By Dan Guttenplan, FNF Coaches Managing Editor
Players who sleep better perform better on the field. Getting proper rest can help improve health, mood, memory, judgment and safety. Eliminate minor sleep problems by creating a comfortable sleep environment, maintaining a healthful balance of nutrition and exercise, and engaging in relaxing activities near bedtime.
Pay Attention to Your Sleepiness.
Sleep needs and patterns of sleep and wakefulness are not the same for everyone. The first step in determining your need for sleep is through self-evaluation. Ask yourself: “How tired do I feel during the daytime? When do I feel most alert? When does fatigue set in?” Even moments of sleepiness that you may think of as routine are likely a sign that you are not getting enough sleep.
Keep a Sleep Diary.
A very helpful tool to track your sleep time and patterns is a sleep diary. Used in sleep research and clinical settings, a sleep diary is a handy reference to help people become familiar with their own natural patterns of sleep and wakefulness. The information that you will record in the sleep diary is simple and straightforward. It includes the time you go to bed, the time you wake up, your total hours of sleep, and whether you had any nighttime awakenings (and if so, how long you were awake) and any daytime naps. In addition, noting how you feel upon awakening (refreshed or tired), and how you feel at different times of the day will enable you to become more aware of your patterns, and help you determine if you are getting adequate sleep.
Take a Sleep Vacation.
Another method for determining your sleep need is to take a “sleep vacation.” During a two-week period, when you have a flexible schedule or perhaps are on vacation, pick a consistent bedtime and do not use an alarm clock to wake up. Chances are that for the first few days or week you will sleep longer because you’ll be paying off your “sleep debt”—the amount of sleep deprivation that you’ve accumulated over a period of time. If you continue going to bed at the same time and allowing your body to wake up naturally, you will eventually establish a pattern of sleeping essentially the same amount of time each night, probably in the range of 7 to 9 hours.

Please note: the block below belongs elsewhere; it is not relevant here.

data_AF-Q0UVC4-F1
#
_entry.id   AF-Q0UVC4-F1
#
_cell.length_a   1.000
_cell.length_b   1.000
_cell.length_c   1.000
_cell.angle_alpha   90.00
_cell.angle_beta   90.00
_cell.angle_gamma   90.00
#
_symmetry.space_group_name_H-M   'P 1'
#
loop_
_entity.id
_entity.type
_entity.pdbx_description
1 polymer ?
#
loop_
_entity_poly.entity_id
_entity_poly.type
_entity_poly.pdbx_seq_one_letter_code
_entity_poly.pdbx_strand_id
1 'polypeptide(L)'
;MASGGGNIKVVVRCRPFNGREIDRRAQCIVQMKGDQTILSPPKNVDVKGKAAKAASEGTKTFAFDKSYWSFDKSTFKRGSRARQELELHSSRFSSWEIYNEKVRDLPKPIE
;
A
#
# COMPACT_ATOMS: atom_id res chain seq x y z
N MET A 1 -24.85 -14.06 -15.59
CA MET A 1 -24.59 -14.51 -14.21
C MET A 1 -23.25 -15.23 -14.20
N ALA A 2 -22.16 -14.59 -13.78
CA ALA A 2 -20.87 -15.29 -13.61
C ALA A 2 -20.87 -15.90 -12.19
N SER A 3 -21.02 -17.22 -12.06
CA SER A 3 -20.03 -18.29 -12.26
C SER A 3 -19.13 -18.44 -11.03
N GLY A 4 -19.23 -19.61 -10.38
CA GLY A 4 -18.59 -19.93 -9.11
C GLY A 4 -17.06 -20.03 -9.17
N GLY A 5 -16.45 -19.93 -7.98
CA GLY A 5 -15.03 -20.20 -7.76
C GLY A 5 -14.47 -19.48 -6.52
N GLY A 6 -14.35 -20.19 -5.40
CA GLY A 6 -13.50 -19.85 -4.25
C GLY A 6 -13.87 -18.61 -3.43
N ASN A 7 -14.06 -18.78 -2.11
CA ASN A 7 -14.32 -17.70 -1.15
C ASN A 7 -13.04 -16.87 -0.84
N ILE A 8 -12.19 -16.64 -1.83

Make Sleep a Priority.
Now that you know how much sleep you need—and if you’ve allowed your body to pay back your sleep debt and “find” its natural sleep patterns and duration—you are probably also feeling a lot better, sharper, happier, and healthier. This is how it feels to be well rested. The next step is to make sure that you continue to make sleep a priority and find ways to protect your sleep time.
Consult a Sleep Specialist.
You may still be experiencing daytime sleepiness, fatigue, or insomnia. If that’s the case, you should consider consulting a sleep specialist.
How Much Sleep Is Enough Sleep?
The majority of healthy adults require between 7.5 to 8.5 hours per 24-hour period. This is true from young adulthood through late in life, though many older people have difficulty sleeping in a single block of time each night. Generally, sleep needs during a 24-hour period follow this pattern:
Newborns (1 to 2 months) – 10.5 to 18 hours
Infants (3 to 11 months) – 10 to 14 hours
Toddlers (1 to 3 years) – 12 to 14 hours
Preschoolers (3 to 5 years) – 11 to 13 hours
School-aged children (5 to 12 years) – 10 to 11 hours
Adolescents (12 to 18 years) – 8.5 to 9.5 hours
Adults (18 years to the end of life) – 7.5 to 8.5 hours
Even without considering genetics and age, the National Sleep Foundation’s 2008 Sleep in America poll found that many adults are apparently not meeting their sleep needs, sleeping an average of only 6 hours and 40 minutes during the week, and about 7.5 hours on the weekends. Sleep scientists and physicians have a variety of methods to help determine if you are getting enough sleep.
Do you have a thought about this article that you would like to share? If you do, email managing editor Dan Guttenplan at firstname.lastname@example.org. Tweet us @fnfcoaches.